Mercer filed comments last week with the IRS making recommendations about implementation of the ACA’s 2018 “Cadillac” tax on high-cost health plans. While noting that only Congress can make certain changes to the tax, Mercer is urging the IRS to ease its impact by issuing rules that exclude noncore medical benefits (like EAPs and some on-site medical clinics) and offer flexibility (within parameters) in calculating coverage costs subject to the tax. Given the tax's complexity, Mercer also asks that the IRS rules provide a delayed effective date or a good-faith compliance period. IRS is expected to ask for additional comments on the excise tax before proposing regulations.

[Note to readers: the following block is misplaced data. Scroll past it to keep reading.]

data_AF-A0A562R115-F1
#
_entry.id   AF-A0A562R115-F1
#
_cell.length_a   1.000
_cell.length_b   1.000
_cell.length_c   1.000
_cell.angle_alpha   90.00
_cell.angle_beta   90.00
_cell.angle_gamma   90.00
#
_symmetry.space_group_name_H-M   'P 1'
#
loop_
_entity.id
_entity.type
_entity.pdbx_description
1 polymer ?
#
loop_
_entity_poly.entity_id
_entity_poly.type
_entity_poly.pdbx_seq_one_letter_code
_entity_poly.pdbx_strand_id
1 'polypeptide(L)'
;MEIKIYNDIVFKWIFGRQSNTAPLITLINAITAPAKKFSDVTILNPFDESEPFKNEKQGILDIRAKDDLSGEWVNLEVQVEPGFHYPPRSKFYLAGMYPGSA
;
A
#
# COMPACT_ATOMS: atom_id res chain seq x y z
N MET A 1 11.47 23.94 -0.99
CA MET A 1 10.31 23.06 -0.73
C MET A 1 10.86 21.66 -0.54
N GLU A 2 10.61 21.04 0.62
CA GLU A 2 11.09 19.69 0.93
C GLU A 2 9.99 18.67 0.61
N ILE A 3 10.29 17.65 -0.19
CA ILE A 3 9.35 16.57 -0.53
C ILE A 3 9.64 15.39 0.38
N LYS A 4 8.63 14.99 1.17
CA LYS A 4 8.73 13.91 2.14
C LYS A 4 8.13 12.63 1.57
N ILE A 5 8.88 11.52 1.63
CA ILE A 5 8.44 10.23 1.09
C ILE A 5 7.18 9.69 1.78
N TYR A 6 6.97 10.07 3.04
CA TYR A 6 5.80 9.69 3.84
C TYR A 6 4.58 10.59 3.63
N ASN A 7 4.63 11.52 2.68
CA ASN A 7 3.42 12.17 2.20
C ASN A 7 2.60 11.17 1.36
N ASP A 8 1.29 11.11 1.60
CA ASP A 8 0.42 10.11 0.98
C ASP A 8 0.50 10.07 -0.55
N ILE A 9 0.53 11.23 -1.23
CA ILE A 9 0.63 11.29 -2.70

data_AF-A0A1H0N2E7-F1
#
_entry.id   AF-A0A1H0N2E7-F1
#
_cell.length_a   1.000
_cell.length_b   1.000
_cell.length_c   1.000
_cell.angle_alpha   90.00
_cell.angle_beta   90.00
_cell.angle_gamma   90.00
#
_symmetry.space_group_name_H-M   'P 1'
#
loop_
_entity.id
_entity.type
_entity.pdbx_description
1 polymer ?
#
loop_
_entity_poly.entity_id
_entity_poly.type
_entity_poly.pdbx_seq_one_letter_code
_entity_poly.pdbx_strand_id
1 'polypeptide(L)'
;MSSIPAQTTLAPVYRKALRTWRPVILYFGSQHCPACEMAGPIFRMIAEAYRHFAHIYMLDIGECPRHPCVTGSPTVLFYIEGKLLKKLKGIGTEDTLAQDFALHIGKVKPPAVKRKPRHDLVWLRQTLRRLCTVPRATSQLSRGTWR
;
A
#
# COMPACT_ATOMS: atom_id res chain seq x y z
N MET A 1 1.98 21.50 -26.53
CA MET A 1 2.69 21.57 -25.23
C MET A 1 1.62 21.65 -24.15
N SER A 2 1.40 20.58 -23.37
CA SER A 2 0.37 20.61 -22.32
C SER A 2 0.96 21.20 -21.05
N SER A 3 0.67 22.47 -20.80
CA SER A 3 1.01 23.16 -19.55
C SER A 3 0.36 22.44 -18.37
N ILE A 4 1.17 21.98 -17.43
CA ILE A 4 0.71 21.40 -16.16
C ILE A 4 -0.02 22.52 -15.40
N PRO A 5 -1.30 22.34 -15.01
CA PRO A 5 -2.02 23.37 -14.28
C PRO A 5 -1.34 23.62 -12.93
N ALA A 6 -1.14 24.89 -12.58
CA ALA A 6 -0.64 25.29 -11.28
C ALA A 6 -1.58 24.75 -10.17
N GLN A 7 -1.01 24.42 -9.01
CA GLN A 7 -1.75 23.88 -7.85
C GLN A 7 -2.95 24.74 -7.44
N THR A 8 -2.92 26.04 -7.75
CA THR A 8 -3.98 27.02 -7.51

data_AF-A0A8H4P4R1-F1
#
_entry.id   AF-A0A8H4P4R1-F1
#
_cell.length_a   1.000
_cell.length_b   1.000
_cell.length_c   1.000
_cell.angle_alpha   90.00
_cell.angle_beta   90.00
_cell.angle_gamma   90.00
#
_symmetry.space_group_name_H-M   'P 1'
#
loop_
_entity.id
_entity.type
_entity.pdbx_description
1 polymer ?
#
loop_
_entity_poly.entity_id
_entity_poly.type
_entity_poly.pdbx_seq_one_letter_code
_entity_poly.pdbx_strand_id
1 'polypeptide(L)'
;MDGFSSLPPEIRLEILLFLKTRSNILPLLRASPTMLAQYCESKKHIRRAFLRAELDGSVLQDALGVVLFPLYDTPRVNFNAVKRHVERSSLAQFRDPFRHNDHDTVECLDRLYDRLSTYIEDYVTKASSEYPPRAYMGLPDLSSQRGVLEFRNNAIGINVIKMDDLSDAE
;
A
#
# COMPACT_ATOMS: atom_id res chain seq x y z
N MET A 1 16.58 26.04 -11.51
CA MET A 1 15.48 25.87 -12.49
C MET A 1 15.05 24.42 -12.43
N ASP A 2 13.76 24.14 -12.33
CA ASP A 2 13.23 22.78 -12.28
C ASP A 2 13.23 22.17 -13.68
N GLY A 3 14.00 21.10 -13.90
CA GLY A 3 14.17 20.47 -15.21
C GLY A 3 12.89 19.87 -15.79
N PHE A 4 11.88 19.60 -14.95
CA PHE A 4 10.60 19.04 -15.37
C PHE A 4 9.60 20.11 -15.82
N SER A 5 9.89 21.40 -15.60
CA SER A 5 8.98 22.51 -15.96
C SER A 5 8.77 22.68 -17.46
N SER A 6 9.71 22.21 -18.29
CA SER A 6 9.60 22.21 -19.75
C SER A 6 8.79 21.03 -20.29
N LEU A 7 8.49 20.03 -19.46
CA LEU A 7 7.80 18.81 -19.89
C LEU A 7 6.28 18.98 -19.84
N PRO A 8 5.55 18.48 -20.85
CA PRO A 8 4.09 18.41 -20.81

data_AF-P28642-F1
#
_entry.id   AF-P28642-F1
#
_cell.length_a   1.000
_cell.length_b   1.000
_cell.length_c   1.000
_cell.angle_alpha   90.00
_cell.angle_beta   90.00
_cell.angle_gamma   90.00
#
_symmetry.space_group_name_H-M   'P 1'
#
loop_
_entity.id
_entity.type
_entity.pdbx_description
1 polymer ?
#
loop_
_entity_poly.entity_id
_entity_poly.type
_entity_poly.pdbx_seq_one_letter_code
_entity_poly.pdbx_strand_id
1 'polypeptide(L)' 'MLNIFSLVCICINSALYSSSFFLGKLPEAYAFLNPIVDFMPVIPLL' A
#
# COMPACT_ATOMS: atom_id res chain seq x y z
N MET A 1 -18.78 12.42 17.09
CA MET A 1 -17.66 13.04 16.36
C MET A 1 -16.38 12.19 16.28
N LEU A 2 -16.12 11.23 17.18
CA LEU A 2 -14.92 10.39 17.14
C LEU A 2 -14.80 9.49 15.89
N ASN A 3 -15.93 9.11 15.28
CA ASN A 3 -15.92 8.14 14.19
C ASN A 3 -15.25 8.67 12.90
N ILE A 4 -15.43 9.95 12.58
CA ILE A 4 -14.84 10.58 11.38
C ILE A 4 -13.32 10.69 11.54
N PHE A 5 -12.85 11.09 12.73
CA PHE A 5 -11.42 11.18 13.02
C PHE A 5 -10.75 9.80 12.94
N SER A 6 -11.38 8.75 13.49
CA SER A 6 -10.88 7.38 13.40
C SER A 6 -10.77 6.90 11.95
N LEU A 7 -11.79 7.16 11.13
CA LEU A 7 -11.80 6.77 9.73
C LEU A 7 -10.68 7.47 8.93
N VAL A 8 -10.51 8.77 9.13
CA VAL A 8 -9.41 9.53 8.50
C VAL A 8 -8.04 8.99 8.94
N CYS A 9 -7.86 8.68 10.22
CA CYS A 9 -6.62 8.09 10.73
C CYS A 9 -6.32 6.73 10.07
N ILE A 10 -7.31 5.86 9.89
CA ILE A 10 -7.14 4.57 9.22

Regulators confirmed last week that even self-insured and large-group insured nongrandfathered health plans must “embed” individual in-network out-of-pocket (OOP) limits in family coverage. No formal guidance for self-insured and large-group plans is expected to address this ACA issue, so plan sponsors need to decide whether to implement design changes conforming to this informal guidance for 2016.
In addition, new FAQs clarify specific preventive services that nongrandfathered plans must cover without cost-sharing.